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"Three Women and a Chateau" Screening to Benefit Christmas-in-Newport

Annual Benefit set for Saturday, December 2nd at 4:00 p.m.

Newport Art Museum, 79 Bellevue Avenue, Newport RI


The Heiress. The Countess. The Doctor. Although they never met, these three women shared a place and a passion: Chateau Carolands, a 100-room architectural masterpiece in Hillsborough, California, the second largest private home in the United States, and a three- dimensional window into the last 100 years of American history. It is a story of fabulous wealth and financial ruin, great loves and bitter betrayals, earthquakes and murders, and an insider’s look at the struggles of the ultra-rich in America, where even limitless money cannot guarantee that dreams come true. The story of the Chateau is like a Greek tragedy with a twist, with the house in the role of an enchanted magic mirror, so grand that it encourages the hubris of those who fall under its spell. We watch the drama of three generations of owners of Carolands as they fall into failure and near-ruin until the current restoration brings about an artistic triumph for the house and its current owner.

About the Directors
Catherine Ryan and Gary Weimberg have been personal and professional partners since 1980. They specialize in documentary programs that address issues to make the world a better place. Their projects celebrate the diversity of the human experience. They also make historical programs and portraits of ordinary people with extraordinary lives. Recently, they have begun supporting non-profit organizations through making videos for fund-raising, awards events, and outreach. Their films, and films they have worked on, have won Emmy Awards; have been nominated for Academy Awards; and have been seen and won "best of" awards in festivals around the world.

Directors: Catherine Ryan, Gary Weimberg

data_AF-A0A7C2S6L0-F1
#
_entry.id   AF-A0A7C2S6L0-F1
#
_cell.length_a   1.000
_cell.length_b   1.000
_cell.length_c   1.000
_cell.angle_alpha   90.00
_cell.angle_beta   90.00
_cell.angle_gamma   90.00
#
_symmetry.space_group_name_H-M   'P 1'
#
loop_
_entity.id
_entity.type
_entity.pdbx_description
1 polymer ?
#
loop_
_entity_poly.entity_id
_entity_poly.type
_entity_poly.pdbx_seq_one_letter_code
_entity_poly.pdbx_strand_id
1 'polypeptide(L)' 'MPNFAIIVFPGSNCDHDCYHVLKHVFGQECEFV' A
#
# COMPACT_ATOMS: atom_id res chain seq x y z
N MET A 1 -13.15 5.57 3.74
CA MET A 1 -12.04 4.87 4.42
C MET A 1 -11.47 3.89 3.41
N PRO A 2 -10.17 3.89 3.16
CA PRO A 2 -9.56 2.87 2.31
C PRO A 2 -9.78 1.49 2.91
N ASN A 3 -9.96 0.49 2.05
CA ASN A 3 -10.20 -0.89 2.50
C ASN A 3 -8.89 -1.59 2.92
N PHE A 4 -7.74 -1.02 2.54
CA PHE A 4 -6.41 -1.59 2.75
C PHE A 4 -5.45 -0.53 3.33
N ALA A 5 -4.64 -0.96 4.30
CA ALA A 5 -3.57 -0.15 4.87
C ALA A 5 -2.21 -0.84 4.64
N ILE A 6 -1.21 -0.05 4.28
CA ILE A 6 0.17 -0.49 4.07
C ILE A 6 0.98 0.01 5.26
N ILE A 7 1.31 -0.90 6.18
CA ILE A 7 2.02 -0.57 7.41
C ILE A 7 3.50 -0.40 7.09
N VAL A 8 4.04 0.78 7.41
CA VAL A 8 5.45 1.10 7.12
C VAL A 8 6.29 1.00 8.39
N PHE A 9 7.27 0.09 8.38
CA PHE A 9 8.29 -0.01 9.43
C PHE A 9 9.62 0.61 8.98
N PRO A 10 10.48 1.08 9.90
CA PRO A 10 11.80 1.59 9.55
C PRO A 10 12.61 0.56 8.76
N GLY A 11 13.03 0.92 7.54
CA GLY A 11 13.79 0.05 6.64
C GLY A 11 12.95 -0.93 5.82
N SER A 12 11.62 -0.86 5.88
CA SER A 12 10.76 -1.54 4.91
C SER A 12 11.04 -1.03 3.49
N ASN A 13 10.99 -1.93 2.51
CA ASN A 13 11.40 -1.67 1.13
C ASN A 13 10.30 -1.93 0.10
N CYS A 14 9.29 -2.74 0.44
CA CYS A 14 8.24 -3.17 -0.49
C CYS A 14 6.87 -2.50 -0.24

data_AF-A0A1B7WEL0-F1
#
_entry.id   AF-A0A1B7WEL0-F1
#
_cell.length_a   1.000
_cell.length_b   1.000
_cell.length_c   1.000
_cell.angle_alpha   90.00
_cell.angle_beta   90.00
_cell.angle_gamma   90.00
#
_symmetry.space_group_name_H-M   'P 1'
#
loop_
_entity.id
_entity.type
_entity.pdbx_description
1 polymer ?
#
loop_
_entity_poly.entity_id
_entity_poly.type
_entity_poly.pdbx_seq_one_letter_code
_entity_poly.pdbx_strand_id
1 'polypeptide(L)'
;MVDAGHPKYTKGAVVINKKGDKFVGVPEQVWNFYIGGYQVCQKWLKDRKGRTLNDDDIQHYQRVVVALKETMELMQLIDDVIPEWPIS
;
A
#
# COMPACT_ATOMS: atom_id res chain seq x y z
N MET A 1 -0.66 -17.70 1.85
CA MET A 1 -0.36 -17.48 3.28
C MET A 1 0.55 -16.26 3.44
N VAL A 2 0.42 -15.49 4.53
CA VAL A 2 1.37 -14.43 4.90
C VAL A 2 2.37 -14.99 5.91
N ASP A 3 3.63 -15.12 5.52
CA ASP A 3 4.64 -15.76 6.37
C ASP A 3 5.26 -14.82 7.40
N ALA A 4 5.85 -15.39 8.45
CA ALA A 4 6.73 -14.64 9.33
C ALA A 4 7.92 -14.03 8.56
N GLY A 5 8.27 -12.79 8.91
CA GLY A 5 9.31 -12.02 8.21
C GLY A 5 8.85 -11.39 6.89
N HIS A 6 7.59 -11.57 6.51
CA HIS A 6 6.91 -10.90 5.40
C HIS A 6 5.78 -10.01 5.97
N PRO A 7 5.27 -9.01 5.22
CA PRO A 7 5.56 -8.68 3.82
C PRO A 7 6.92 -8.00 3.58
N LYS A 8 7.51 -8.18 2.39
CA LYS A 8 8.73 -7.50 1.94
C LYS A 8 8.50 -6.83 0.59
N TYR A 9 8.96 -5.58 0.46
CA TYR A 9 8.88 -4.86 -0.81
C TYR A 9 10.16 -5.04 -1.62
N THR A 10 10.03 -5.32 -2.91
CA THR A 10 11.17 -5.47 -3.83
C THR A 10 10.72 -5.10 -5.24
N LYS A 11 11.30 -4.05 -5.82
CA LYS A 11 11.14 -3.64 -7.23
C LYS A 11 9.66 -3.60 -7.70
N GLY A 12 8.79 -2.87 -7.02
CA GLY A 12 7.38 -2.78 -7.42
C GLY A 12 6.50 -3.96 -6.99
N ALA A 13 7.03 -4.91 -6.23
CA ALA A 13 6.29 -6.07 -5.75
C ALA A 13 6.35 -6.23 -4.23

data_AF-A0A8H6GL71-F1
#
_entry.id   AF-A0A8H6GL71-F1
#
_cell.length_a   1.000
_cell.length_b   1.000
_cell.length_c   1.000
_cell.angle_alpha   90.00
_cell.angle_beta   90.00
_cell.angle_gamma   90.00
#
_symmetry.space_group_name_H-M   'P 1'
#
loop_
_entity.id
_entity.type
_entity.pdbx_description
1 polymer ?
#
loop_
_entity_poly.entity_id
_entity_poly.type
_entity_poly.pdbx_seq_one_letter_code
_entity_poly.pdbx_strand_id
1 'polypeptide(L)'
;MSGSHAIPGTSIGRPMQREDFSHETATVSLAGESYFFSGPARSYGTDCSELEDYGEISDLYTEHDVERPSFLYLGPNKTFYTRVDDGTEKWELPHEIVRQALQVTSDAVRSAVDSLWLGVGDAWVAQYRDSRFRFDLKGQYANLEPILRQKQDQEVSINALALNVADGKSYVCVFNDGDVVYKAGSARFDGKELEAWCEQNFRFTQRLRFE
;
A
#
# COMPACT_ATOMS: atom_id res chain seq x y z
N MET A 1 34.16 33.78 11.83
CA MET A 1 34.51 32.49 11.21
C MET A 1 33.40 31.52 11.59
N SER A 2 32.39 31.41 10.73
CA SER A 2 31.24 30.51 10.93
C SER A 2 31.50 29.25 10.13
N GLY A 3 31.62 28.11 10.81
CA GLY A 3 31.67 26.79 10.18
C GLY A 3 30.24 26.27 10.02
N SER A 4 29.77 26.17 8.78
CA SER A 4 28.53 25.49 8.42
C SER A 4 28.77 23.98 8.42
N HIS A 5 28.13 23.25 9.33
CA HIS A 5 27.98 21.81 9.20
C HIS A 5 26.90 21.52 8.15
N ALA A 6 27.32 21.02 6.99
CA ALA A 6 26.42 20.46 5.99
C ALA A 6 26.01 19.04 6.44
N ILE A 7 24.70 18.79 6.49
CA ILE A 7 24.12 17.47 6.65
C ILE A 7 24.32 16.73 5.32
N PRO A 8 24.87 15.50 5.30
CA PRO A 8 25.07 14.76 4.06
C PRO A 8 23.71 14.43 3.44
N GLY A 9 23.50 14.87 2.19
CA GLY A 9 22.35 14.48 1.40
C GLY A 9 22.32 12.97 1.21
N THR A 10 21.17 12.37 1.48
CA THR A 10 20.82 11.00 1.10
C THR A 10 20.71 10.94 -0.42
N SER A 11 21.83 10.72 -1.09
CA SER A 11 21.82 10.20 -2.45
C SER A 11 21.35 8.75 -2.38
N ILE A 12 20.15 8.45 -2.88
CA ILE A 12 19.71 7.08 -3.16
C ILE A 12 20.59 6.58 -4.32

• Christmas in Newport Benefit Screening

Saturday, December 2nd at 4:00 p.m.

Newport Art Museum, 79 Bellevue Avenue, Newport RI


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2006 Rhode Island International Film Festival®. All Rights Reserved.



The Carolands Chateau is a 65,000 square foot mansion in Hillsborough, California. Its 75-foot-high atrium holds the record as the largest enclosed space in an American private residence. The architecturally significant Chateau, of American Renaissance design, is a California Historical Landmark, and is listed on the National Register of Historic Places.

Built between 1912 and 1915 at a total cost of $3,000,000, The Carolands Chateau has lain unoccupied for much of its existence. The design and construction were commissioned by Harriet Pullman Carolan, heiress to the Pullman sleeping car fortune. Harriet Pullman Carolan, born in 1869, was the daughter of George Pullman, the 19th Century American industrialist who became the wealthiest man in Chicago after he created the Pullman Palace railway car. Perhaps because her father was the very inventor of modern "luxury" or "first class" travel, Harriet Pullman came to expect perfection and beauty in her surroundings, and her particular tastes revolved around the French. The mansion originally occupied a 544 acre plot of land, situated at the highest local geographical point in order to "look down on the Hearsts and surpass the Crockers." The Chateau exterior was inspired by the 17th century designs of Mansart, while the interior was designed by noted San Francisco architect Willis Polk who was working from the inspired designs of landscape architect Achilles Duchene and the renowned French designer of prestige private homes Ernest Sanson.

It is often claimed that the Chateau was modeled after the French chateau Vaux-le-Vicomte although the resemblance is remote apart from the shared circular room featured in both buildings. More accurately, it can be said that both share an authentic Beaux-Arts tradition. The gardens on the property were patterned after those at Versailles and originally consisted of 32,000 trees and shrubs (Rhodes,1985). Sometimes the Chateau is called the last of the great homes in the U.S., a reference to a spree of mansion building that began with the residence of W.K. Vanderbilt in 1881 and ended with Carolands just after the national income tax was enacted in 1913. However, in 1917 the Carolans separated and moved out of the Chateau; Harriet married Colonel Arthur Schermerhorn in 1925, and the new couple re-inhabited the Chateau in the year 1927. Most of the property was subdivided and sold by 1929. Harriet sold the remnant parcel of 25 acres along with the Chateau in 1945. In 1948 the Burlingame High School Senior class held its prom at the Chateau, reviving the glittering candlelight setting of past grandeur.Panelled library with ornate chandelier and fireplace.